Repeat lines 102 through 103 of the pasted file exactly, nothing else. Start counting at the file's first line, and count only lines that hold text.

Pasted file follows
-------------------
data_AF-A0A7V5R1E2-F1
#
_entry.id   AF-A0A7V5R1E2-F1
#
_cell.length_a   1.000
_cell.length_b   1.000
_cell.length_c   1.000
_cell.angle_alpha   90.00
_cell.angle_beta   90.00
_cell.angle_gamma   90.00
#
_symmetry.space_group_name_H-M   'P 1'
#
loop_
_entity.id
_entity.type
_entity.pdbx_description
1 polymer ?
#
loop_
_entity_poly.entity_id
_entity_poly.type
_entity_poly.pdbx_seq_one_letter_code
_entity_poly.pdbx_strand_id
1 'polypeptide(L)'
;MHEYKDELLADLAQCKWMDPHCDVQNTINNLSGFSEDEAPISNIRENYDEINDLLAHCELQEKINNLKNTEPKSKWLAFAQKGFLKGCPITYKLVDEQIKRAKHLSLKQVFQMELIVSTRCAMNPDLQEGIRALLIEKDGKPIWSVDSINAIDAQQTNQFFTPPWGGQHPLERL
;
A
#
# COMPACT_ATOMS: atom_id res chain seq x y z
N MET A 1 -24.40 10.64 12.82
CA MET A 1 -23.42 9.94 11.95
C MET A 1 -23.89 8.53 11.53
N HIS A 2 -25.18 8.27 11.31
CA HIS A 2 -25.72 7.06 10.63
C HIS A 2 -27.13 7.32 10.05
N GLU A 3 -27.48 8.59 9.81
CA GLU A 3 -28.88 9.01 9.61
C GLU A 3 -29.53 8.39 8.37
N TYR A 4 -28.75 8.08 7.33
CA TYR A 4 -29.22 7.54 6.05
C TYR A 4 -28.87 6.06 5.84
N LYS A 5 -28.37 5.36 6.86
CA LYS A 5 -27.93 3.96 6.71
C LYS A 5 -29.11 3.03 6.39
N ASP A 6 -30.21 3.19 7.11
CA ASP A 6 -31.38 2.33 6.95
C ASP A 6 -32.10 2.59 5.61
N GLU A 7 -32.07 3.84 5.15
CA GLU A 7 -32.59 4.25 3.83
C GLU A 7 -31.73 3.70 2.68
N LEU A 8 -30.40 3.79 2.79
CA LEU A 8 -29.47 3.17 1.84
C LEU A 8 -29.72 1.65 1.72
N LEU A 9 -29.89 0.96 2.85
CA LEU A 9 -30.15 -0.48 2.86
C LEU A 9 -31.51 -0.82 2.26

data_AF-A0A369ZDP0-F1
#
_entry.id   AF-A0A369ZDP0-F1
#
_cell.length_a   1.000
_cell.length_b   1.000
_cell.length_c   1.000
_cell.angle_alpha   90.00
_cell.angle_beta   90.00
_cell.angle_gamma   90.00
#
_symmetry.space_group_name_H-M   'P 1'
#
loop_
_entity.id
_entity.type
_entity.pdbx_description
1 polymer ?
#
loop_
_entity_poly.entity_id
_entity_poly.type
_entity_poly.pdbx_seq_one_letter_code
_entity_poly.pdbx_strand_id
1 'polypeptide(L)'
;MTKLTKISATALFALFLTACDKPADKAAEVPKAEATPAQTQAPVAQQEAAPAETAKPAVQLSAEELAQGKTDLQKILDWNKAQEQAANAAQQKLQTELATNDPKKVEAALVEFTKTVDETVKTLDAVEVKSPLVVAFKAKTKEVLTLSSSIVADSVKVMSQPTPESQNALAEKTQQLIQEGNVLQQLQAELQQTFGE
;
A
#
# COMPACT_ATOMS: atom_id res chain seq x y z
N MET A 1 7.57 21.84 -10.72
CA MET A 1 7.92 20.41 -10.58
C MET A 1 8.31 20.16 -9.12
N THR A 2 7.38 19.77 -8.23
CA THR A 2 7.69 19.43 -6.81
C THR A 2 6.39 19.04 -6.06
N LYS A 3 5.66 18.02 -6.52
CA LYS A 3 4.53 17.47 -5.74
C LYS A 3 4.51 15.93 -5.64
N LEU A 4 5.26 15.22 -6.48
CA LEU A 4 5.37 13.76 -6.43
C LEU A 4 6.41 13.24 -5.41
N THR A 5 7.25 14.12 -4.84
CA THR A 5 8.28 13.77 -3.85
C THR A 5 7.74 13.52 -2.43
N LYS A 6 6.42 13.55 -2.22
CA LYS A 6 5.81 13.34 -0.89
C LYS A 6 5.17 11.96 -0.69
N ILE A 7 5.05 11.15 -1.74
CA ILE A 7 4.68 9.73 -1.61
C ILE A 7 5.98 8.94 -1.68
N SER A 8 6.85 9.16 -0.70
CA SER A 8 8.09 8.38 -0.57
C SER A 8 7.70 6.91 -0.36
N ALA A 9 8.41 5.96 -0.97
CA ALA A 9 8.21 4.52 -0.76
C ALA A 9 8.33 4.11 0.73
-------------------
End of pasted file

C THR A 5 7.74 13.52 -2.43
N LYS A 6 6.42 13.55 -2.22